The ability to trust is not something that children have automatically at birth but is actually developed in the early years at school according to a new study by psychologists in Graz.
Working together with colleagues from the University the Prof Ursula Athenstaedt from the Institute of psychology at the University of Graz together with Prof Joachim I. Krueger from the Brown University in Providence, Rhode Island, looked at the behaviour of 500 children.
The children aged between five and 10 years of age.
The Austrian professor said: “We wanted to see how trust in children developed through the years and what influences that level of trust which has not previously been investigated.”
In order to carry out test the team developed a trust games involving the selection of bags with various rewards inside. The basic result was the older children are much more trusting than the younger children. Children for example who are still in the kindergarten age had a trust average of around 27% but children in primary school have a trust level of around 70% on how much they were prepared to believe and have faith others.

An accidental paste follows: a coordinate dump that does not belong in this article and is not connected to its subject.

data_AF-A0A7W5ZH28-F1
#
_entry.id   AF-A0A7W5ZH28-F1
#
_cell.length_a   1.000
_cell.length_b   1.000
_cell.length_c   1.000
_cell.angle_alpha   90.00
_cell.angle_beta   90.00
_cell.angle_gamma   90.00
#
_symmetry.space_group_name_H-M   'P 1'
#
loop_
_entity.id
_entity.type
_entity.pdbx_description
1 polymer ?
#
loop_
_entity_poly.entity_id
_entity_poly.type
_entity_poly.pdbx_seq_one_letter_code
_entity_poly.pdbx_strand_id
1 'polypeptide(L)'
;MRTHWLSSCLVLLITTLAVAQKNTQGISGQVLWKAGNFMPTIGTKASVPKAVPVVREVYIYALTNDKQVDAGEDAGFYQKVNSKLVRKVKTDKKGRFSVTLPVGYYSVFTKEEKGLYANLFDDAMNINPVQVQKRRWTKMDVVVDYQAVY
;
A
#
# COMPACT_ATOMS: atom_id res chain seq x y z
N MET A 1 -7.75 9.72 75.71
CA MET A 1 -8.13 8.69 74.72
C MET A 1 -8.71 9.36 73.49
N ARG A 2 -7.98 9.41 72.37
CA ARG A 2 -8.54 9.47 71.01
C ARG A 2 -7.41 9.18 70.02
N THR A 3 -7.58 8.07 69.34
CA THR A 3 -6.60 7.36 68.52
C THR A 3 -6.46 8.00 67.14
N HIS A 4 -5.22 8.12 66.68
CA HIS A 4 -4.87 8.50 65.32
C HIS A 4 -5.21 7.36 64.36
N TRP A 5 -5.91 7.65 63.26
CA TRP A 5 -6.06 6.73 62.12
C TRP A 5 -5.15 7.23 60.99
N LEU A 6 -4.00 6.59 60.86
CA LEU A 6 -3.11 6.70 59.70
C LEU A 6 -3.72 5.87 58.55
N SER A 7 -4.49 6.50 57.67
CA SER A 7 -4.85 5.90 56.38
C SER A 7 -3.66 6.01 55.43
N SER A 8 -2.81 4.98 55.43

They found that it was irrelevant whether the children were male or female or whether they had brothers or sisters or a stable family life. The only thing that made a difference was age.
The conclusion is that in order to trust the person needed to be old enough to have a perspective about things which meant age was necessary according to the psychologists.
Very young children did not have the perspective advantage and therefore less trusting.